Friday, June 4, 2010


Erin Fisher as Idamante and Laura Albino as Ilia in Idomeneo. Photo: Michael Cooper.

Reviewed by James Karas

The Canadian Opera Company wraps up its current season with two operas about the terrible fate of two seamen who tangle with supernatural powers. One of them is a Greek and the other is a Dutchman.

King Idomeneus of Crete runs into a violent storm on his way back from the Trojan War. He vows to the sea god Neptune that if he is saved he will sacrifice the first person that he sees on land. He is saved and the first person he sees is his son Idamantes.

A Dutch sea captain challenges the devil and vows to go around the Cape of Good Hope if it takes forever. He is condemned to sail the high seas and touch land only once every seven years. He can find redemption only if he finds a woman who will love him unto death.

The story of Idomeneus has been captured for the stage by Mozart in his 1781 opera seria Idomeneo and the hapless Dutch captain gained operatic immortality in Richard Wagner’s The Flying Dutchman which premiered in 1843.

Idomeneo is directed by Francois de Carpentries and boasts of Isabel Bayrakdarian, Kristina Szabo and Paul Groves, among others, in the cast. For the May 19th performance, they were all given a night off and were replaced by members of the Ensemble Studio, the training arm of the COC.

The singers were put through a number of weeks of training and rehearsals for the performance and given a chance to perform in a major production. The result was something well beyond an amateur production but it did have some rough edges, some infelicitous singing and awkwardness. Mozart was always at hand to carry the performance, however, warts and all.

Idomeneo being an opera seria the singers are frequently handed lengthy recitatives or arias and left on their own. They provide true tests of one’s mettle.

Tenor Michael Colvin, dressed like a South American dictator, epaulets and all, was a good Idomeneo vocally but I found his stage movements awkward, not to say incomprehensible. He seemed to go all over the place at times and I am not sure if it was for dramatic purposes or for exercise.

The role of Ilia, the captive Trojan Princess in love with Idamante, was split between Laura Albino in the first half and Simone Osborne in the second half. Albino got to do the bulk of the work in the first two acts of the opera but I think Osborne had the vocal edge on her in the third act where the workload is lighter.

Erin Fisher is listed as a mezzo soprano and she sang the role of Idamante. She has a very light, colourless voice and her Idamante came out as simply insipid. The role should probably been given to a tenor as is done frequently or to a fine mezzo soprano.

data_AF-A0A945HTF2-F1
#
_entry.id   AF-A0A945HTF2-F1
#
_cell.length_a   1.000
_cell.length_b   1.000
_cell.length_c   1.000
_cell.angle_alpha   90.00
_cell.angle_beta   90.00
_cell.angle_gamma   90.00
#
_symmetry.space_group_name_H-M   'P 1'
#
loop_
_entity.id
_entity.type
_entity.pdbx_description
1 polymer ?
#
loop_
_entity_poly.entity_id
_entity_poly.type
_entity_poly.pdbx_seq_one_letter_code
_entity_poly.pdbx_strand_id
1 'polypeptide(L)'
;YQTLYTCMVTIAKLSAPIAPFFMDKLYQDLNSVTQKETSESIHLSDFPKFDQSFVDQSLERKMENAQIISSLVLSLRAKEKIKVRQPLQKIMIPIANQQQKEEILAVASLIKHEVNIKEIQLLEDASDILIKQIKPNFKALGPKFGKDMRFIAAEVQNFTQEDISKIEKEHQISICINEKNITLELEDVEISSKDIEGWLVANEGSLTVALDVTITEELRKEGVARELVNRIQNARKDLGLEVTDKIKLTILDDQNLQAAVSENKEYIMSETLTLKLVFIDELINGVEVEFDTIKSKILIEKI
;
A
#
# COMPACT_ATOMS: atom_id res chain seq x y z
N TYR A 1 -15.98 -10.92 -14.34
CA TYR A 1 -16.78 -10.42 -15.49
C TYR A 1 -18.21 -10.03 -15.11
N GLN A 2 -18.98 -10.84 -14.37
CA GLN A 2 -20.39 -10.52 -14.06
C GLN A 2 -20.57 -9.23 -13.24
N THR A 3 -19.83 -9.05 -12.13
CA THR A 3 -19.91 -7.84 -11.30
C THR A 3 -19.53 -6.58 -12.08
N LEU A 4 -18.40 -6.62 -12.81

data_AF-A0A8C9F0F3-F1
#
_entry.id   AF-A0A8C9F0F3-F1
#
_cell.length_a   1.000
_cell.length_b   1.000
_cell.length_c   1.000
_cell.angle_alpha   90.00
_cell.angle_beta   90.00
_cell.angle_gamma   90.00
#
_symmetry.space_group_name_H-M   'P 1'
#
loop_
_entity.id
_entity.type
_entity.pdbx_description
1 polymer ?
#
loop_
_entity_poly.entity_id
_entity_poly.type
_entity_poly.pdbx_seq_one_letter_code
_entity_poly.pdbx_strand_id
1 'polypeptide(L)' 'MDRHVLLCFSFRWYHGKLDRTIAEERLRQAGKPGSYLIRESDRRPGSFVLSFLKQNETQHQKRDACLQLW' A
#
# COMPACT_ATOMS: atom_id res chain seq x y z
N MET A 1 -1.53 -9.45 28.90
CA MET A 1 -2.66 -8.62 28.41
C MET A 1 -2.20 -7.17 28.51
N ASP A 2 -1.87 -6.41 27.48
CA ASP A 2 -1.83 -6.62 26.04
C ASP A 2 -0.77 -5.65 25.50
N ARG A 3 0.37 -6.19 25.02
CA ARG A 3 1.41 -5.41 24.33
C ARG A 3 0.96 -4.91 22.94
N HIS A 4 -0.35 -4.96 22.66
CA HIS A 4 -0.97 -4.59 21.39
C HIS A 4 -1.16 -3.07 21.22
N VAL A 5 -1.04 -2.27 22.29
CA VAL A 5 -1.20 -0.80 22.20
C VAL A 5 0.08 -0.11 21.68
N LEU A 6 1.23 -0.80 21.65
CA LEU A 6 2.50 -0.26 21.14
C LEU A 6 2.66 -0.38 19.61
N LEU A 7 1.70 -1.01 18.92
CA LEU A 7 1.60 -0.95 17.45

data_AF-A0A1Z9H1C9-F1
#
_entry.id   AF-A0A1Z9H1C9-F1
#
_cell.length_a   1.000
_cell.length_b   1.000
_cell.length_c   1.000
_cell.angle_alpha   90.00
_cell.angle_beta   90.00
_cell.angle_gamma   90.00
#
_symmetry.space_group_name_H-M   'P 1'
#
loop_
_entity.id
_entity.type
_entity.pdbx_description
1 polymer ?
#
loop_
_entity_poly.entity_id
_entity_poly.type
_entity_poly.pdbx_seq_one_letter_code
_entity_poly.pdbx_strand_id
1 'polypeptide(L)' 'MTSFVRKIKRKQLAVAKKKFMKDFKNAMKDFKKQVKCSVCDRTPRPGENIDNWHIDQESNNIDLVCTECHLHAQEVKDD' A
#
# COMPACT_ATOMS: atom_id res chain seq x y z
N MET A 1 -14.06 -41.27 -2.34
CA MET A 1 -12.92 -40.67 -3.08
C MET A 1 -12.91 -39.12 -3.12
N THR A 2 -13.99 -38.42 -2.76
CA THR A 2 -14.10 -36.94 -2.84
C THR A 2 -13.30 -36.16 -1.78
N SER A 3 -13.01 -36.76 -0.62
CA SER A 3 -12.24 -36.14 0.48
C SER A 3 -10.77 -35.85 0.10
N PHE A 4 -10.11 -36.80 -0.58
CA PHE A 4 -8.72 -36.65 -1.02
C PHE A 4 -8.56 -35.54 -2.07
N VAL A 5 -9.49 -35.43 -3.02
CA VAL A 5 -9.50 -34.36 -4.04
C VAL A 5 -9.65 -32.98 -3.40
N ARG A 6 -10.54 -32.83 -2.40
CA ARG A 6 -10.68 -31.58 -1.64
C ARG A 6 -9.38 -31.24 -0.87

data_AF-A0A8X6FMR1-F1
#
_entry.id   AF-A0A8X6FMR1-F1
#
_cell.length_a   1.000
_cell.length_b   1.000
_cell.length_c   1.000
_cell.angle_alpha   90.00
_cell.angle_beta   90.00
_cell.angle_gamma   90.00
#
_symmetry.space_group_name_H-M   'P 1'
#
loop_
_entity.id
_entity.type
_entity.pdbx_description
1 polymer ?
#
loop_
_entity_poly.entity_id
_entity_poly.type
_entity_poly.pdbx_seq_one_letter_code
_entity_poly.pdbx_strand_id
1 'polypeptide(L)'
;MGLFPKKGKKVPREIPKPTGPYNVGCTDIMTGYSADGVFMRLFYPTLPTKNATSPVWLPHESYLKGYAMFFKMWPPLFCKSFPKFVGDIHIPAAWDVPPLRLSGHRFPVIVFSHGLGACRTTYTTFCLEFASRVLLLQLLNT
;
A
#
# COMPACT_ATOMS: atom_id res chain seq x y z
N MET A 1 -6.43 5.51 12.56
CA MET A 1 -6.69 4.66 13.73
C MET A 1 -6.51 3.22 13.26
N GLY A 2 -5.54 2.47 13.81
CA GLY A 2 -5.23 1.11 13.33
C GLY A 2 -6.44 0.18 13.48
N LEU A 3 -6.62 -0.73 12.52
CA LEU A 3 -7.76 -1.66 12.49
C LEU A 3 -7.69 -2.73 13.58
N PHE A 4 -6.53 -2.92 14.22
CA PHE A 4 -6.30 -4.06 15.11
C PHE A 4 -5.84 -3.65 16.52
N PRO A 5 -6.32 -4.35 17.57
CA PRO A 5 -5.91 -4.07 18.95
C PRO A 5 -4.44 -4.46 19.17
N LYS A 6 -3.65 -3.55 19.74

Ileana Montalbetti sang the role of Electra, the Argive princess. She has a commanding stage presence and a considerable voice. Electra is in love with Idamante and things are not looking good for her. What is worse, the Greek princess is about to lose the Greek prince to Ilia, a foreigner and a former enemy of the Greeks.

The result is that Electra is pretty angry, no, make that furious. Her rage is apparent throughout but really comes out in Act III in her aria “D’Oreste, d’Aiace”. Montalbetti has the vocal range for the role but she could not convey all the rage. Too bad in an otherwise fine performance.

The set was very effective suggesting scenes away from the ship on the right and the ships and sea on the left, including indications of scenes under water.

The Flying Dutchman receives a magnificent production with superb performances from the principals.

The current production is a revival of the COC’s 2000 staging directed by Christopher Alden with Set and Costume designs by Allen Meyer. The dominant stage prop is a ship’s wheel. There is a path stage front leading to the raised platform that serves as a ship’s deck and Daland’s home. It is effective without being overwhelming.

Russian bass baritone Evgeny Nikitin was the distraught Dutchman and he moved with poise and sang with superb sonority. Soprano Julie Makerov’s Senta displayed vocal beauty but her costume made her looking like a cleaning lady. I expected her to grab a mop and pail any minute and start scrubbing the deck.

Swedish bass Mats Almgren was a fine Daland and German tenor Robert Kunzli was very god as the hunter Erik who loses Senta to the Dutchman.

At the end of the opera, the Dutchman becomes convinced that Senta will not be faithful to death – after all she just betrayed Erik. But Senta wants to be faithful and when the Dutchman leaves her behind, she throws herself into the sea. The Dutchman’s ship sinks and he and Senta are transfigured and rise toward heaven. In the COC version, a more practical solution is found. Erik the hunter shoots Senta and the Dutchman goes up the winding stairs to god-knows-where.

Idomeneo by W. A. Mozart was performed by the Ensemble Studio on May 19, 2010. The Flying Dutchman by Richard Wagner was performed eight times between April 24 and May 20, 2010 the Four Seasons Centre for the Performing Arts, 145 Queen Street West, Toronto, Ontario. Tel: 416-363-6671.

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